Sunday, December 23, 2007

Dzurlords Make Me Cry

Been re-reading Steven Brust's novels the past few weeks (the days of comfort reading are upon me) and, having worked my way backwards through the Vlad novels (should that be the Dalv novels, in this circumstance?), I am now proceeding through the Paarfi novels, but in the standard direction this time.

And I hit this passage in The Phoenix Guard:

"We can not all be Dzurlords."

"Ah, that is true, and truth be known, I think it would be a dull world if all were." Tazendra, who had drained her glass and filled another by this time, went on to say, "My mother, the Countess, used to say, 'Remember, we are only one part of this great body of Empire. And if we hold on to the valor, then others must needs take care of the rest.'"


And I choked up. I ALWAYS do. Every time I read that damned passage, I get a damned lump in my throat. From Tazendra, of all people. Why?

I'm now reading Five Hundred Years After, and I KNOW I'm going to hit this passage:

"Of course," said Sethra, "You are a Dzurlord, as was he. To the Dzur, there is a ritual to the sharpening of the sword — so warlike and yet so soothing; a preparation for the future, a defiance, a threat, and at the same time, it is rhythmical, and while so engaged, one is given to dream, and to think about the blade, its history and destiny; and to contemplate and wonder, above all, for what one strives — and always one finds answers to this question, for finding those answers is what it means to be a Dzur.

"Sometimes," she continued softly, "those of other Houses laugh, or call the Dzur foolish, stupid, or blind, and there is no good answer to such charges, for to kill for such an insult is often beneath the Dzurlord; yet there is always the sword, whose sharpening breathes of the future, and the glory which is not only in being remembered, but in knowing one has defied the entire world, and pitted oneself against the impossible, and proven, to all who are not Dzur, that there is value and glory in the battle, regardless of the outcome. All of these thoughts come to mind when the Dzurlord sharpens his sword, and looks upon some token of the past until he can feel the wind that blows to the future."

For some time, it seemed as if Sethra were speaking to herself, but at last she fell silent. "You understand," said Tazendra in a whisper.


Just reviewing it in order to type it up here got me feeling weepy. Why? Is it because, as Steph mentioned, I am so terribly unlike a Dzurlord? So unlikely to pit myself against the impossible, against the world, and that reading these passages brings up in me a sense of lacking in myself, a lack that I'm actually ashamed to admit even to myself?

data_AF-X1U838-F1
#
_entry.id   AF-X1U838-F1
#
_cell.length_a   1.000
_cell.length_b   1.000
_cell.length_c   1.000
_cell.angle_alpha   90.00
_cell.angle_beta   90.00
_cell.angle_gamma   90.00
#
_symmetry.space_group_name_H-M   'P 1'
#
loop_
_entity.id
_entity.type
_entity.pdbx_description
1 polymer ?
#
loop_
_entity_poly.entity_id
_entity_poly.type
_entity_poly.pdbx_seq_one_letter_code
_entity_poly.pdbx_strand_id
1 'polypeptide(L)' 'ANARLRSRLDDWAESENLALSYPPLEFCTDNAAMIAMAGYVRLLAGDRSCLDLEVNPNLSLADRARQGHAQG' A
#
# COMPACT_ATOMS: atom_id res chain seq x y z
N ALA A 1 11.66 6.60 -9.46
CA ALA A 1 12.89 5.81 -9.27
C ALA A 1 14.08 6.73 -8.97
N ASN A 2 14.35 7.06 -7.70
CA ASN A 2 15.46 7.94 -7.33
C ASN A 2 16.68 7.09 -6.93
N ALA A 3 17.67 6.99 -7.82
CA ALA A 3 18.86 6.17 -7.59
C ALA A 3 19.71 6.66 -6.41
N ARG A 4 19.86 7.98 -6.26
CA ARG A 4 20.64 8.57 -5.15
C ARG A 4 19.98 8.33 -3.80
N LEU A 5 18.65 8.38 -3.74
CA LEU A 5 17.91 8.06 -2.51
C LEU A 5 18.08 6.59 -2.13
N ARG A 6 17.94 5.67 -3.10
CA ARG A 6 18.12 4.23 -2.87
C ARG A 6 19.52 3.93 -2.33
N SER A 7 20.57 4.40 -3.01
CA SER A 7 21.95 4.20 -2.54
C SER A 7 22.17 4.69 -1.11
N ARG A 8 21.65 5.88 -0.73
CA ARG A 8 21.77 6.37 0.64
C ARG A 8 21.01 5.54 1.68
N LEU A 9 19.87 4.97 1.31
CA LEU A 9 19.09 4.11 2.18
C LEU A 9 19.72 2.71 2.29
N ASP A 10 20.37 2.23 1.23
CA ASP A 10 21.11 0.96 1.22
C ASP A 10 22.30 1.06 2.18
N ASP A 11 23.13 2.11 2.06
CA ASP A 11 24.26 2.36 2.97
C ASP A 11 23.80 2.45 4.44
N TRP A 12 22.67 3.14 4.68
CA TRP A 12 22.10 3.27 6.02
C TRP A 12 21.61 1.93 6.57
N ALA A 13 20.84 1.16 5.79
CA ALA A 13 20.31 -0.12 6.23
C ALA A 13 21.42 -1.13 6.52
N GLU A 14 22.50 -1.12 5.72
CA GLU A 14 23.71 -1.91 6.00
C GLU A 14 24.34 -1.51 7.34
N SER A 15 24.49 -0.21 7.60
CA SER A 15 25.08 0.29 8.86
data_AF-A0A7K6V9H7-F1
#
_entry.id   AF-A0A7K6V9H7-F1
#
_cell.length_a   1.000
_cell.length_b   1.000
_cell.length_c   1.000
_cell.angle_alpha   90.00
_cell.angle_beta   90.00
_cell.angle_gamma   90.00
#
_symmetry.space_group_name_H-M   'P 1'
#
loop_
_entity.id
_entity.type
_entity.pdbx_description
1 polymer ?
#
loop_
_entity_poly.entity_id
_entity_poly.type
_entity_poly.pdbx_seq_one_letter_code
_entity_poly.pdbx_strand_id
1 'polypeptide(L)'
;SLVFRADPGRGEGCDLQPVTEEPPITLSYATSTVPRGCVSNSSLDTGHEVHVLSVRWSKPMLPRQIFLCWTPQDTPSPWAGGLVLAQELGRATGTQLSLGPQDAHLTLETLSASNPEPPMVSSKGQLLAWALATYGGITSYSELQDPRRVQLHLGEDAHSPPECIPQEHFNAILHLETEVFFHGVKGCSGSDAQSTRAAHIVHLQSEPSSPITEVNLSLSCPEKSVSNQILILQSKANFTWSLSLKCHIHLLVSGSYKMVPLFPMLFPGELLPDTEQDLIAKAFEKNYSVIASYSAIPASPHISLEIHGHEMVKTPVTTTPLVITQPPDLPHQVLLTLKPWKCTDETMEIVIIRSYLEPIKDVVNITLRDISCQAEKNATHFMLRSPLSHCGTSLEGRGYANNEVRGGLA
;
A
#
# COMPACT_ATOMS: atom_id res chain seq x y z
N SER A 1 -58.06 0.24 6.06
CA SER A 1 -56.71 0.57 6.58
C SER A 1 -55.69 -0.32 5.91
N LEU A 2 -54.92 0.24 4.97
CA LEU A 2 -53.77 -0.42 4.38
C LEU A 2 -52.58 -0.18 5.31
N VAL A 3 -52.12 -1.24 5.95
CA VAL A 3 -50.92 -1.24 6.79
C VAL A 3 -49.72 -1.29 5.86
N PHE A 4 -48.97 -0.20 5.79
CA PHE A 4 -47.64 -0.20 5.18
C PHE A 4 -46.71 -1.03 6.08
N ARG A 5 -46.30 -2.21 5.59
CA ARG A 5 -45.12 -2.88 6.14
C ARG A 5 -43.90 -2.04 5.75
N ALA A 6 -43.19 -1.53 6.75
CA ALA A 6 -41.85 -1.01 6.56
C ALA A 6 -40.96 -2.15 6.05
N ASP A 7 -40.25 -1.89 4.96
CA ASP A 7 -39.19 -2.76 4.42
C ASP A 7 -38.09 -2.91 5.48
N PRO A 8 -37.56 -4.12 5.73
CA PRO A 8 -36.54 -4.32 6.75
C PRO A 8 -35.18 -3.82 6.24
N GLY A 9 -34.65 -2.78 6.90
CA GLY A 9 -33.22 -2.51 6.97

I remember my heart stirring when I read Cyrano's declaration "Not to climb high, perchance, but climb alone!"

As a younger man perhaps I read that as license to reject any notion of working in concert with others, to keep solely my own counsel and to hoard my energies for myself, but nowadays, much more embracing of the notion of interdependence (ten happy years of marriage will do that to you), I understand Cyrano's point in a more sophisticated way — to refuse to seek advancement through RELATIONSHIPS, and rather solely through ACCOMPLISHMENTS. Accomplishments may depend on relationships; that's healthy and worthwhile. But advancement that comes through skill in flattery or in adjusting one's character to one's environment is hollow, because it is not based in the end on the actual delivery of value.

The problem being, of course, that it isn't always perfectly straightforward to demonstrate accomplishment. Especially if one is mistaken about the relationships around one.

I know many folks who are bad salespeople, especially of themselves. I'm one. A common thinking that bad salespeople carry is an unwillingness to convince others that they themselves are worth investing in. I believe the unspoken notion is that if the worth is not immediately evident, making an effort to display it is unseemly. Not to mention unlikely to succeed.

And yet, isn't it a worthwhile pursuit to make worth apparent to those who haven't yet perceived it? Isn't it honourable to help others see important truths? How do I tell when such an effort is worthwhile, and when it is only vainglorious and empty?

One lesson I always took from Cyrano is that doing the honourable thing does not reliably lead to gain. That doing the right thing often exposes one to, well, the weasels. I've paid the price a few times for doing what I considered the honourable thing. I don't know if I'd call myself valiant. I'm no Dzurlord.

But I do regularly get accused of being foolish, stupid, and blind. Maybe all that emotion I feel is actually relief. Relief that I'm not the only one.


In other news, Steven Brust posted my favourite haiku ever on his LJ the other day:

There was a young man of Honshu
Who tried limericks in haiku.
But


Kills. Me.